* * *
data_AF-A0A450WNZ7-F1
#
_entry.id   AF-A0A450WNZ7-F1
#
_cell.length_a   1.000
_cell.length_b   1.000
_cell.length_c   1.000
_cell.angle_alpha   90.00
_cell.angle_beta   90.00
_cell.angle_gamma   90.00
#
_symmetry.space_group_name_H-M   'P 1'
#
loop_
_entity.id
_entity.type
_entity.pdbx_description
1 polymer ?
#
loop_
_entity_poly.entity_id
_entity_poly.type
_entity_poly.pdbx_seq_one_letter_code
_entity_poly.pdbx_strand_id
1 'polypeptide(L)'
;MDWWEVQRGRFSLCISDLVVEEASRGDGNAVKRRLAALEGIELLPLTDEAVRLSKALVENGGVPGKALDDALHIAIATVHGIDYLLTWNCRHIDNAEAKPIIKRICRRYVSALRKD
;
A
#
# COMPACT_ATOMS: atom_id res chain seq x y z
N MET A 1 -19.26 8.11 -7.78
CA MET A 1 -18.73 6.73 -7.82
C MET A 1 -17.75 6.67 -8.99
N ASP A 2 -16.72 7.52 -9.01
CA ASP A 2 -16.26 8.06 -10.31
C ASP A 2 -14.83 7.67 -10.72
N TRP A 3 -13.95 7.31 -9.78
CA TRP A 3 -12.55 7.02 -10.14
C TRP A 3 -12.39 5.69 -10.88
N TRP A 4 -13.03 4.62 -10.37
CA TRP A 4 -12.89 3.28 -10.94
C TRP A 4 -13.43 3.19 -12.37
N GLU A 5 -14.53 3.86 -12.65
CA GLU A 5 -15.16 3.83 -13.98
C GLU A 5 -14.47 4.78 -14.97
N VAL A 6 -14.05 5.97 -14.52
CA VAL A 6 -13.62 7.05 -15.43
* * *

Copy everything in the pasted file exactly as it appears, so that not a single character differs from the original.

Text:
data_AF-A0A450WNZ7-F1
#
_entry.id   AF-A0A450WNZ7-F1
#
_cell.length_a   1.000
_cell.length_b   1.000
_cell.length_c   1.000
_cell.angle_alpha   90.00
_cell.angle_beta   90.00
_cell.angle_gamma   90.00
#
_symmetry.space_group_name_H-M   'P 1'
#
loop_
_entity.id
_entity.type
_entity.pdbx_description
1 polymer ?
#
loop_
_entity_poly.entity_id
_entity_poly.type
_entity_poly.pdbx_seq_one_letter_code
_entity_poly.pdbx_strand_id
1 'polypeptide(L)'
;MDWWEVQRGRFSLCISDLVVEEASRGDGNAVKRRLAALEGIELLPLTDEAVRLSKALVENGGVPGKALDDALHIAIATVHGIDYLLTWNCRHIDNAEAKPIIKRICRRYVSALRKD
;
A
#
# COMPACT_ATOMS: atom_id res chain seq x y z
N MET A 1 -19.26 8.11 -7.78
CA MET A 1 -18.73 6.73 -7.82
C MET A 1 -17.75 6.67 -8.99
N ASP A 2 -16.72 7.52 -9.01
CA ASP A 2 -16.26 8.06 -10.31
C ASP A 2 -14.83 7.67 -10.72
N TRP A 3 -13.95 7.31 -9.78
CA TRP A 3 -12.55 7.02 -10.14
C TRP A 3 -12.39 5.69 -10.88
N TRP A 4 -13.03 4.62 -10.37
CA TRP A 4 -12.89 3.28 -10.94
C TRP A 4 -13.43 3.19 -12.37
N GLU A 5 -14.53 3.86 -12.65
CA GLU A 5 -15.16 3.83 -13.98
C GLU A 5 -14.47 4.78 -14.97
N VAL A 6 -14.05 5.97 -14.52
CA VAL A 6 -13.62 7.05 -15.43